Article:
Is “nature” a thing out there? Will we find possible translations of it in each language?
In the first post of this series, I discussed the importance of studying Viśiṣṭādvaita Vedānta through the work of Veṅkaṭanātha. This post focusses on the importance of a specific work by Veṅkaṭanātha, namely his Seśvaramīmāṃsā (henceforth SM).
Dear readers and co-bloggers, in the last months, I thought again and again about what we could do as a “end of the year” blogpost. I wondered whether we should list here our publications (you are welcome to do it Continue reading
The Viśiṣṭādvaita Vedānta is a philosophical and theological school active chiefly in South India, from the last centuries of the first millennium until today and holding that the Ultimate is a personal God who is the only existing entity and Continue reading
As promised, this (a bit belated) post summarizes some talks from the October 2015 Society for Asian and Comparative Philosophy in Monterey, CA. To keep the post brief, I’m choosing to discuss only those SACP talks which I attended, have Continue reading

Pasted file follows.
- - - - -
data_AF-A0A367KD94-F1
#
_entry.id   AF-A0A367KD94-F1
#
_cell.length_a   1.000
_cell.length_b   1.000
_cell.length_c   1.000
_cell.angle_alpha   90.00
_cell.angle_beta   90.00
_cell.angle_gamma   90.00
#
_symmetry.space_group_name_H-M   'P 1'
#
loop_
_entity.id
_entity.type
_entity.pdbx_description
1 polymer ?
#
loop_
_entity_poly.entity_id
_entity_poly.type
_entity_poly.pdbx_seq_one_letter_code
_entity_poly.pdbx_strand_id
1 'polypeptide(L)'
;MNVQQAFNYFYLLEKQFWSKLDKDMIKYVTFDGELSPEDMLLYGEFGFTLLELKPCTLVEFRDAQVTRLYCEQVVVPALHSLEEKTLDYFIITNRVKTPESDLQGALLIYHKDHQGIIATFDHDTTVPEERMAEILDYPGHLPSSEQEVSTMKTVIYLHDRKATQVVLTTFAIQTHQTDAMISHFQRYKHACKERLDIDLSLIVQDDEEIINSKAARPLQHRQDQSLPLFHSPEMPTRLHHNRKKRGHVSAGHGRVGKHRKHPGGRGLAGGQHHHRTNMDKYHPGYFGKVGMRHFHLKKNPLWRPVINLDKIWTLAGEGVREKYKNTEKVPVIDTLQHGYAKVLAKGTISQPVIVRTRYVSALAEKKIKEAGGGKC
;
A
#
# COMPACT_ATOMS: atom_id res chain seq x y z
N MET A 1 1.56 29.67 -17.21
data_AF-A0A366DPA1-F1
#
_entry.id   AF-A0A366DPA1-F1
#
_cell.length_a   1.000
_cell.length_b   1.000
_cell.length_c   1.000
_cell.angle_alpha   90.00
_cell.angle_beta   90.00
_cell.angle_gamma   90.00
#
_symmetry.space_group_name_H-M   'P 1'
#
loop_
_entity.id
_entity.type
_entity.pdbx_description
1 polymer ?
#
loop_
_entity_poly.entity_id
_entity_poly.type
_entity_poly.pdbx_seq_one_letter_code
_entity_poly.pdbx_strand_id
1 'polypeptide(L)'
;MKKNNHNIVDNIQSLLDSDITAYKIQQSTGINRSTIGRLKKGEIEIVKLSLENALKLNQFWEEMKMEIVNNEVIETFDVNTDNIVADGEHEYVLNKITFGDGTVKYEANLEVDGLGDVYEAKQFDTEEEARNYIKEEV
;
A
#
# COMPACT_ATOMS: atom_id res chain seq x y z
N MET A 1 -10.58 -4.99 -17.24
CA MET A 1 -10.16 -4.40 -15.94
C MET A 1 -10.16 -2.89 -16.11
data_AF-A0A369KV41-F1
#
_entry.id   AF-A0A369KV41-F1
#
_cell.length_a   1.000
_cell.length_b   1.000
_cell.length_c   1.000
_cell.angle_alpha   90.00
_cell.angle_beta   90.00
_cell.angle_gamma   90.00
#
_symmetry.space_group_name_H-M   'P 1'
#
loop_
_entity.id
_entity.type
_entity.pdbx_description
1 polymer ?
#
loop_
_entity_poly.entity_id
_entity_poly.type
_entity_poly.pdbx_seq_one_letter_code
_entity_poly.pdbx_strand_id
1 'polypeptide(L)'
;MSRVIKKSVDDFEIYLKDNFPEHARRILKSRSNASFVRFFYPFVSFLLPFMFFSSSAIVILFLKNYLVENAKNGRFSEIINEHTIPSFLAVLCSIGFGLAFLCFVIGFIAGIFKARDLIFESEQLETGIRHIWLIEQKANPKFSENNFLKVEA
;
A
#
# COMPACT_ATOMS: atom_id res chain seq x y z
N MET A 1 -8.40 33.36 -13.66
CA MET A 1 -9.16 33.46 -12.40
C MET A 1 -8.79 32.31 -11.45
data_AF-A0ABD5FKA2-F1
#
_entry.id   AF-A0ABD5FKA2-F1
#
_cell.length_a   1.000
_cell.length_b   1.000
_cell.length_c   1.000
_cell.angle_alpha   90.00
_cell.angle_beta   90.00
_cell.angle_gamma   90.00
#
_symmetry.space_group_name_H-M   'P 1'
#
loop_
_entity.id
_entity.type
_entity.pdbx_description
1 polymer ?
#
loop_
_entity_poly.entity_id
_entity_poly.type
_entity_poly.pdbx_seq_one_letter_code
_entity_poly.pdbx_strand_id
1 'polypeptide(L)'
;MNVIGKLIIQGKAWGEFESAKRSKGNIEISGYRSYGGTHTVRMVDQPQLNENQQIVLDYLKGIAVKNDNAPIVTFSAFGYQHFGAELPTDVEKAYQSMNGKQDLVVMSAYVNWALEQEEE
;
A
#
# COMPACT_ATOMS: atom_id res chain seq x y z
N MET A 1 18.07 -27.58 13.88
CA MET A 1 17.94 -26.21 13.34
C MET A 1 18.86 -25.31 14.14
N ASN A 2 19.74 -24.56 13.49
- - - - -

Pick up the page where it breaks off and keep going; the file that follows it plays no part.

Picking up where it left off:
Christopher G. Framarin. Hinduism and Environmental Ethics: Law, literature, and philosophy. 192 pp. London and New York: Routledge. 2014. 140 USD. Hardcover [Book Review Editor’s Note: This book has previously been reviewed on this blog by Stephen Harris. See Harris’s Continue reading
Several distinct component are constitutive of what we now know to be Viśiṣṭādvaita Vedānta and are not present at the time of Rāmānuja: 1. The inclusion of the Āḻvār’s theology in Viśiṣṭādvaita Vedānta 2. The Pāñcarātra orientation of both subschools Continue reading
The starting point of the present investigation is the fact that between Rāmānuja and Veṅkaṭanātha a significant change appears to have occurred in the scenario of what was later known as Viśiṣṭādvaita Vedānta (the term is only found after Sudarśana Continue reading
Was Rāmānuja the first author of the Vedāntisation of the current(s) which later became well-known as Viśiṣṭādvaita Vedānta? Possibly yes. But, one might suggest that there are many Upaniṣadic quotations also in Yāmuna’s Ātmasiddhi and that Rāmānuja’s Śrībhāṣya seems to Continue reading
The following is an expanded version of the introduction to my paper, “Renunciation, Pleasure, and the Good Life in the Saṃnyāsa Upaniṣads,” forthcoming in Philosophy East and West (July 2017). The Saṃnyāsa Upaniṣads characterize the life of the saṃnyāsin (renunciate) Continue reading